An unusual day’s racing and not the desired outcome from the blog’s prediction perspective, but it was still an exciting day full of drama!
Due to a lack of co-operation behind (no-one worked with Sky), the break’s gap managed to grow massively before the penultimate climb. Something then clicked in the peloton, but it ended up being too late. All of the break was caught apart from Geniez who held on for a memorable victory.
Behind, the GC touch-paper was well and truly lit! We got some relatively large gaps for what was only a 1.7km climb. Ruben Fernandez brought the peloton home and now leads the GC by 7 seconds over his team-mate Valverde, with Froome a further 4 seconds back. Both Chaves and Quintana are 17 seconds behind. Three Movistar riders in the first 5, ominously strong! Contador again lost time, and now sits 1’20 behind Froome, not great.
Let’s look ahead to tomorrow’s mountain top finish.
Following today’s stage that was back loaded with climbing (totalling 2,980m), the climbing tomorrow is a lot more evenly spread out throughout the day. However, there is still an awful lot of ascending to be done: 3,295m to be exact (according to the road book).
The first climb of the day should see the break escape, meaning it will more than likely be a strong one, made up of very good climbers. The course then rolls for the rest of the day, tackling another Cat-3 climb, before reaching the final test of the day.
The Cat-2 San Andrés de Teixido.
The finish is very reminiscent of that at the end of stage 6 at the Giro, which Tim Wellens won from a breakaway. It’s actually two separate climbs, but it creates a much clearer picture if both of them are combined. Again, I’ve created a strava profile (view it here).
The first section is 5.5km long at 6.4%, nothing too stressful for the main GC contenders. This then leads into a fairly short descent of around 1.5km before it kicks up again. The descent itself although short, is relatively technical and goes down narrow roads. We could see someone try to get a gap here.
The second half is more challenging, coming in at 4.1km in length, averaging 7.3% However, the climb is anything but steady. There are several changes of gradient with some sections topping 12% and even another 200m of shallow descending. It makes finding a rhythm quite difficult, something that is common here at the Vuelta!
What does this mean for tomorrow?
Aside from what I’ve said, I still don’t think the final climb is tough enough to make any real difference in the GC. There may be a 20 second spread between the top 10 but I can’t see anything more than that. None of the GC riders aside from Froome & Chaves have looked great so far, so I can’t see them using their teams to chase, leaving it all to Movistar.
With the time-gaps that have already opened up after today and Movistar’s eagerness not to work then its breakaway day again tomorrow. Of course, Movistar will more than likely chase if there is a rider up the road who can threaten the GC lead but there are plenty of quality riders who are far enough behind that a good, strong break can make it.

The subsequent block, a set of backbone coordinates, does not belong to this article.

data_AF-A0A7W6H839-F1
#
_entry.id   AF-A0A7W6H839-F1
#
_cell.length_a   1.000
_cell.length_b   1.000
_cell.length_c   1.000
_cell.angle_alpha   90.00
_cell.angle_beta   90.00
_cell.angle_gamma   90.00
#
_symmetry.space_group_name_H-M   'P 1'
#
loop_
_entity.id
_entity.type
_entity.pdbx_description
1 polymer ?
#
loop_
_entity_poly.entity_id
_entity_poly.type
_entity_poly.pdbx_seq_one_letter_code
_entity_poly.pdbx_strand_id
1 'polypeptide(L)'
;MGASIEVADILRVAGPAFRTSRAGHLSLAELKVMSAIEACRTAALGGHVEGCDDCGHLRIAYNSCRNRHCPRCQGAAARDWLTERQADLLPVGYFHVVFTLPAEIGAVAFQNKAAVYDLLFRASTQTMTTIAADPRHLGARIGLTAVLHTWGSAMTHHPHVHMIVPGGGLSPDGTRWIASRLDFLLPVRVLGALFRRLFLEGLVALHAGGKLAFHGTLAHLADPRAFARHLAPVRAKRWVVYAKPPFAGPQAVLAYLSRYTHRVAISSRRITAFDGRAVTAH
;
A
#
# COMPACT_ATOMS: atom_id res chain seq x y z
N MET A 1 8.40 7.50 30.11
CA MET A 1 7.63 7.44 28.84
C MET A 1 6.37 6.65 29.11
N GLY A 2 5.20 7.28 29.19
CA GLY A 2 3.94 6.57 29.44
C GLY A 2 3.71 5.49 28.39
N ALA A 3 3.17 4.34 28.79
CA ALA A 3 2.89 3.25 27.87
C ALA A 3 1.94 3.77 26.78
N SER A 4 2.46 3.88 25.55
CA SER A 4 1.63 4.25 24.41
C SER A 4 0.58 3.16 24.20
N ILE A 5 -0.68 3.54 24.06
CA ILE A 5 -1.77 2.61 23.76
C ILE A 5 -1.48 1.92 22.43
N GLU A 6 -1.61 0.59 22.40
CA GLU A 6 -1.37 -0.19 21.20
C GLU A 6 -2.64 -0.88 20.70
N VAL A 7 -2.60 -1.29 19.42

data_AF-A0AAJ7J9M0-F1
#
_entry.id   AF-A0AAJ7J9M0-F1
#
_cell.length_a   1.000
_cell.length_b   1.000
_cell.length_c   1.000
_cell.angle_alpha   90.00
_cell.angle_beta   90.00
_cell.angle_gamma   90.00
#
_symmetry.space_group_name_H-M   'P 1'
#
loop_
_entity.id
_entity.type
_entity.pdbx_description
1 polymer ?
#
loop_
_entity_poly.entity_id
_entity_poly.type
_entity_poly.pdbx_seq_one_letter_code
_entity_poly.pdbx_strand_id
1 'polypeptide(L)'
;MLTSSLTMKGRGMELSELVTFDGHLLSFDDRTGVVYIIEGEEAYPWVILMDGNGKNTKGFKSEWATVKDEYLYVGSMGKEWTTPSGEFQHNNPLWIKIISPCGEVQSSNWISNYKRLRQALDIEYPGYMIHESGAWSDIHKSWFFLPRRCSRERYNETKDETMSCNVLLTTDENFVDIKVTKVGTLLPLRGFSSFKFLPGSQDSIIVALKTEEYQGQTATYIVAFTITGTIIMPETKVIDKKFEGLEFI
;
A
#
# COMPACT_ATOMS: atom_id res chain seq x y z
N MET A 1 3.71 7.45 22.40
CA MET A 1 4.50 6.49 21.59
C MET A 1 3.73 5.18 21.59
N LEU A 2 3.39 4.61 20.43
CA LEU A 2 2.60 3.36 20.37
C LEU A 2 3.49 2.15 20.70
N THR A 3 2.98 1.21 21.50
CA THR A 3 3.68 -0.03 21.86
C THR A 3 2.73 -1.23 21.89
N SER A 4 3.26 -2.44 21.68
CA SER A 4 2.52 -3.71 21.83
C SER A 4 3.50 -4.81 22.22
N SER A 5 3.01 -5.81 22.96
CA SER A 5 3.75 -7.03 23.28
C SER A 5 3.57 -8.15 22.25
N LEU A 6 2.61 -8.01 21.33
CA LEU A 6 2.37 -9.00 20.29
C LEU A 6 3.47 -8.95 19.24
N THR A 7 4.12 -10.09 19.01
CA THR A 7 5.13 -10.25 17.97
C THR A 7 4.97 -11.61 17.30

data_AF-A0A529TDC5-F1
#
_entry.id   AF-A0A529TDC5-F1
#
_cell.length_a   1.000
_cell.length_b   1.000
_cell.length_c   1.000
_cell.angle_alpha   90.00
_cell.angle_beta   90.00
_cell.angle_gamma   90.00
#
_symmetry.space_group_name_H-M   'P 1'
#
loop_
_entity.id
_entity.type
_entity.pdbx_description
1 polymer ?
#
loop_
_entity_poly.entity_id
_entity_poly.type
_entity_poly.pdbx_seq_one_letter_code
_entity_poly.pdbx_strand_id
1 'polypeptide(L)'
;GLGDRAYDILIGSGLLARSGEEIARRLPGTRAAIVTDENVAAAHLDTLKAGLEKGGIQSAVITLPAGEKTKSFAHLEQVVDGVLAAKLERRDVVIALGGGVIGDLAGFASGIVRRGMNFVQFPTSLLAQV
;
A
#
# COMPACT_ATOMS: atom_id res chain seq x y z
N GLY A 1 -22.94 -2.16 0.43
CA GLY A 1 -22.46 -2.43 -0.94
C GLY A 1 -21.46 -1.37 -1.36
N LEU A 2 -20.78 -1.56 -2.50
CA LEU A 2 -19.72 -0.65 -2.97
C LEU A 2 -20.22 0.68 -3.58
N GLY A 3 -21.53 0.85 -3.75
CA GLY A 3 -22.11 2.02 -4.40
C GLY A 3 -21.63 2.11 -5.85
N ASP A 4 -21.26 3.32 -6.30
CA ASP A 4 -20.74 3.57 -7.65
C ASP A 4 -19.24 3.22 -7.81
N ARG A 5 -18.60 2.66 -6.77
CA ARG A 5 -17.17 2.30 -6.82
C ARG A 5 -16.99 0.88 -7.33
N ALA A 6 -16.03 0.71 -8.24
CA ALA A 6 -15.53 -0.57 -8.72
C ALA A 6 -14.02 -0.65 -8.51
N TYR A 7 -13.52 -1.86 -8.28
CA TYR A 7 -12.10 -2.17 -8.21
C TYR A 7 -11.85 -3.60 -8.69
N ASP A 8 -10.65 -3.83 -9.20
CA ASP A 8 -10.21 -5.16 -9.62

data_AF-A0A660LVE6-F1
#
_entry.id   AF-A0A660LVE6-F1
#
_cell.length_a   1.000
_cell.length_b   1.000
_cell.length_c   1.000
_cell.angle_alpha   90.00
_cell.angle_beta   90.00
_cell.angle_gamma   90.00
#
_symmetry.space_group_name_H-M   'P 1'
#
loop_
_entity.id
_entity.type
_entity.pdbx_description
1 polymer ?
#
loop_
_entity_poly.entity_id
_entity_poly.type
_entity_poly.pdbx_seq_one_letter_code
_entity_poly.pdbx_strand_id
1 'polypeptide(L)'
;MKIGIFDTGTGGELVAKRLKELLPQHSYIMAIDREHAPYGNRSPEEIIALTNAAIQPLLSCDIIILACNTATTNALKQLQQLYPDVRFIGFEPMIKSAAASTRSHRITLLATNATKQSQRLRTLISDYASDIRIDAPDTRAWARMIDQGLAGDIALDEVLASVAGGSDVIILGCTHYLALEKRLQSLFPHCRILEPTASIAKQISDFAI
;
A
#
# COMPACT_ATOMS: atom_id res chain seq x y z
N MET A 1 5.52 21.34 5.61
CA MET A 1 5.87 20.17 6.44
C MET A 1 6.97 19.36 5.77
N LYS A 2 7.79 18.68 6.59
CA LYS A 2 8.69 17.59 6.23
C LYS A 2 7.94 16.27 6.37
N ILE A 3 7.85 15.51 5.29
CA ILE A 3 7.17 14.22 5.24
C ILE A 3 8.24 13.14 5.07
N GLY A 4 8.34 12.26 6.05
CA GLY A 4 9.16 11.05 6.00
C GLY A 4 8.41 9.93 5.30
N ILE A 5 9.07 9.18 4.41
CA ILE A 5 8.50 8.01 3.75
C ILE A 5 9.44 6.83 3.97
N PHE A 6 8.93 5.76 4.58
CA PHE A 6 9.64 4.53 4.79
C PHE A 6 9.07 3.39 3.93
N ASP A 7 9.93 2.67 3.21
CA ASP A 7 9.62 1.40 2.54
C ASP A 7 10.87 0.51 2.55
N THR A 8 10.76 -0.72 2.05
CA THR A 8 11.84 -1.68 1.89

Like in previews gone by, I’ll highlight three riders who could potentially win tomorrow if they make the break!
A fan favourite, Madrazo was the first man on the move today, however, he was brought to heel pretty quickly. He’s clearly been tasked with trying to get into the break. Picking up a win earlier in the year, he’s had his best season so far. Moving away from Caja next season, he’ll want to go out with a bang during this race and reward his team/show his new employers what he can do. A very good climber on his day, the last climb is well within his capabilities if he makes the move. Being a former Movistar rider too, they might be kind and let the move stick, you never know. He would be a very popular winner!
The Belgian rider has had a fantastic year, climbing exceptionally well, claiming a 10th place at San Sebastian recently. He’s much better on short climbs compared to the longer stuff but the constant change of gradient tomorrow should suit him very well. With a return to Etixx sealed next year, like Madrazo, he’ll want to show his new employers what he can do. Furthermore, he’ll want to take advantage of the freedom that he has at IAM. He is one to watch if he makes the move!
Thomas de Gendt.
Stage winner at the Tour earlier in the summer, De Gendt is long thought of as a breakaway expert. Not racing since the Tour has seen him take a slow start to this race, but I prefer to think that he’s saving himself and targeting stages and tomorrow looks right up his street! If not tomorrow, he’ll be in the break later in the race.
Breakaway days are notoriously difficult to pick, so I’ll keep this short and sweet.
Madrazo will be successful in his attempt to get away tomorrow, joining the break that sticks. He’ll solo away on the final climb, taking a magnificent win to the delight of Twitter!
Due to the nature of the stage, I’m not backing any of the riders EW.
0.2pt Madrazo @ 150/1 with PP *I’d take 66/1*
0.15pt De Gendt @ 125/1 with PP. *I’d take 33/1*
0.15pt Devenyns Not priced up anywhere.
Hope you all enjoyed the preview, do you think the break makes it tomorrow? Any feedback and discussion is greatly appreciated. Anyway,
Those were My Two Spokes Worth.